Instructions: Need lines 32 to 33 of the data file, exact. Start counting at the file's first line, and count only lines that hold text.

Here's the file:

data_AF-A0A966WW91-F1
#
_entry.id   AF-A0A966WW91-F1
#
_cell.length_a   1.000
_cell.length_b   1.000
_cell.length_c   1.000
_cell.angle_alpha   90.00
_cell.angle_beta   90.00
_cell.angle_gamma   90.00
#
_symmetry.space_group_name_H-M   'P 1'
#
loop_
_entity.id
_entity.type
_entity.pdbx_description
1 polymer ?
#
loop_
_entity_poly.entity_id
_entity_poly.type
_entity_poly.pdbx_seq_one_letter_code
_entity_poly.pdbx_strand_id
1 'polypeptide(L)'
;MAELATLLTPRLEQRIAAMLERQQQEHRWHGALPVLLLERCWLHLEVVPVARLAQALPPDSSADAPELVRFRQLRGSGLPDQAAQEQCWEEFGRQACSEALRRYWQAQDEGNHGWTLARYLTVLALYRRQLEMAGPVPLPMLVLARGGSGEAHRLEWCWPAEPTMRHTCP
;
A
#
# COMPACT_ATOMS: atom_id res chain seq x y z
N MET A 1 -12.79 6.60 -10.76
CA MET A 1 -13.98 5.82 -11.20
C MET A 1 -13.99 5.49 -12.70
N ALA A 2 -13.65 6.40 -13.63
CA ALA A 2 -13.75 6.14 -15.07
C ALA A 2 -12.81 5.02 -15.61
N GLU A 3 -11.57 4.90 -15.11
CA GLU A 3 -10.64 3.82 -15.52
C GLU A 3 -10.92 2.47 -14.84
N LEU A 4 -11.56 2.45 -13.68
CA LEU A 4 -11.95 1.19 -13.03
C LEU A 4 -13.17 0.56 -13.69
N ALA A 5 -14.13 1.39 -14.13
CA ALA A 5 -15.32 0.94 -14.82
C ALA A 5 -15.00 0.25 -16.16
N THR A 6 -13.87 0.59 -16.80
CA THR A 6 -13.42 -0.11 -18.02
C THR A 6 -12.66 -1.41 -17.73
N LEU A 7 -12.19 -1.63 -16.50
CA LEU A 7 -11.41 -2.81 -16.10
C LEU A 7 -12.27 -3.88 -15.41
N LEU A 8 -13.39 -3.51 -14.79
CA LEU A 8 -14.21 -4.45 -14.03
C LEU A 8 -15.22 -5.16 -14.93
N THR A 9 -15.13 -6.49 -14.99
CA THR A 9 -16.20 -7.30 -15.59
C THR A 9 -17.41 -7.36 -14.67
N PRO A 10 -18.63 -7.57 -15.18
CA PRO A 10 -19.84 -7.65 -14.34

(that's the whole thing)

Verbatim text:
CA MET A 1 -13.98 5.82 -11.20
C MET A 1 -13.99 5.49 -12.70